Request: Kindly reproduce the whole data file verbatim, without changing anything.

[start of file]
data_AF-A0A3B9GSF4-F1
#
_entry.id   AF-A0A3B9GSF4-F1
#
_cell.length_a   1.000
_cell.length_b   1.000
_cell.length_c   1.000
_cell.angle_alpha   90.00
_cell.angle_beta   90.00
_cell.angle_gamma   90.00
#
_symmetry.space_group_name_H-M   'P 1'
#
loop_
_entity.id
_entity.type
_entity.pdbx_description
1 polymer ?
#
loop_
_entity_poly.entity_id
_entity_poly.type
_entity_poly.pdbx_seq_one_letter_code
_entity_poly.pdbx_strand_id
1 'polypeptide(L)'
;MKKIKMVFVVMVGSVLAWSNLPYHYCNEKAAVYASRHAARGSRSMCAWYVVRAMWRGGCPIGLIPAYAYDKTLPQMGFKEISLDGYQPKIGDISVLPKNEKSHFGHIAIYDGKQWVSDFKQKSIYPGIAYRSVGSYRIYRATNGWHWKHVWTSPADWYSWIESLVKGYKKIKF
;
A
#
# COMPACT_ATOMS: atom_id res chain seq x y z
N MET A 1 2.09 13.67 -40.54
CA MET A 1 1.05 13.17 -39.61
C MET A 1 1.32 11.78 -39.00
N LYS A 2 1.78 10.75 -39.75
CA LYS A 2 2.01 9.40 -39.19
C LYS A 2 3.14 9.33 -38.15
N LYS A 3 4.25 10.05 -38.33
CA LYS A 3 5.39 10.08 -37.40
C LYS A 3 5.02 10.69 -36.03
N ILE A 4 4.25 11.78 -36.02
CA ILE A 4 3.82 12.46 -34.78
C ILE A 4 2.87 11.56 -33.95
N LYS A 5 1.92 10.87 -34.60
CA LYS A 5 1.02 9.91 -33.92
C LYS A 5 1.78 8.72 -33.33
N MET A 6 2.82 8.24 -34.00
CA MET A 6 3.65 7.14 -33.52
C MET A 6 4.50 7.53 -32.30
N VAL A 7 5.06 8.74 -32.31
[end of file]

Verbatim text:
data_AF-A0A3B9GSF4-F1
#
_entry.id   AF-A0A3B9GSF4-F1
#
_cell.length_a   1.000
_cell.length_b   1.000
_cell.length_c   1.000
_cell.angle_alpha   90.00
_cell.angle_beta   90.00
_cell.angle_gamma   90.00
#
_symmetry.space_group_name_H-M   'P 1'
#
loop_
_entity.id
_entity.type
_entity.pdbx_description
1 polymer ?
#
loop_
_entity_poly.entity_id
_entity_poly.type
_entity_poly.pdbx_seq_one_letter_code
_entity_poly.pdbx_strand_id
1 'polypeptide(L)'
;MKKIKMVFVVMVGSVLAWSNLPYHYCNEKAAVYASRHAARGSRSMCAWYVVRAMWRGGCPIGLIPAYAYDKTLPQMGFKEISLDGYQPKIGDISVLPKNEKSHFGHIAIYDGKQWVSDFKQKSIYPGIAYRSVGSYRIYRATNGWHWKHVWTSPADWYSWIESLVKGYKKIKF
;
A
#
# COMPACT_ATOMS: atom_id res chain seq x y z
N MET A 1 2.09 13.67 -40.54
CA MET A 1 1.05 13.17 -39.61
C MET A 1 1.32 11.78 -39.00
N LYS A 2 1.78 10.75 -39.75
CA LYS A 2 2.01 9.40 -39.19
C LYS A 2 3.14 9.33 -38.15
N LYS A 3 4.25 10.05 -38.33
CA LYS A 3 5.39 10.08 -37.40
C LYS A 3 5.02 10.69 -36.03
N ILE A 4 4.25 11.78 -36.02
CA ILE A 4 3.82 12.46 -34.78
C ILE A 4 2.87 11.56 -33.95
N LYS A 5 1.92 10.87 -34.60
CA LYS A 5 1.02 9.91 -33.92
C LYS A 5 1.78 8.72 -33.33
N MET A 6 2.82 8.24 -34.00
CA MET A 6 3.65 7.14 -33.52
C MET A 6 4.50 7.53 -32.30
N VAL A 7 5.06 8.74 -32.31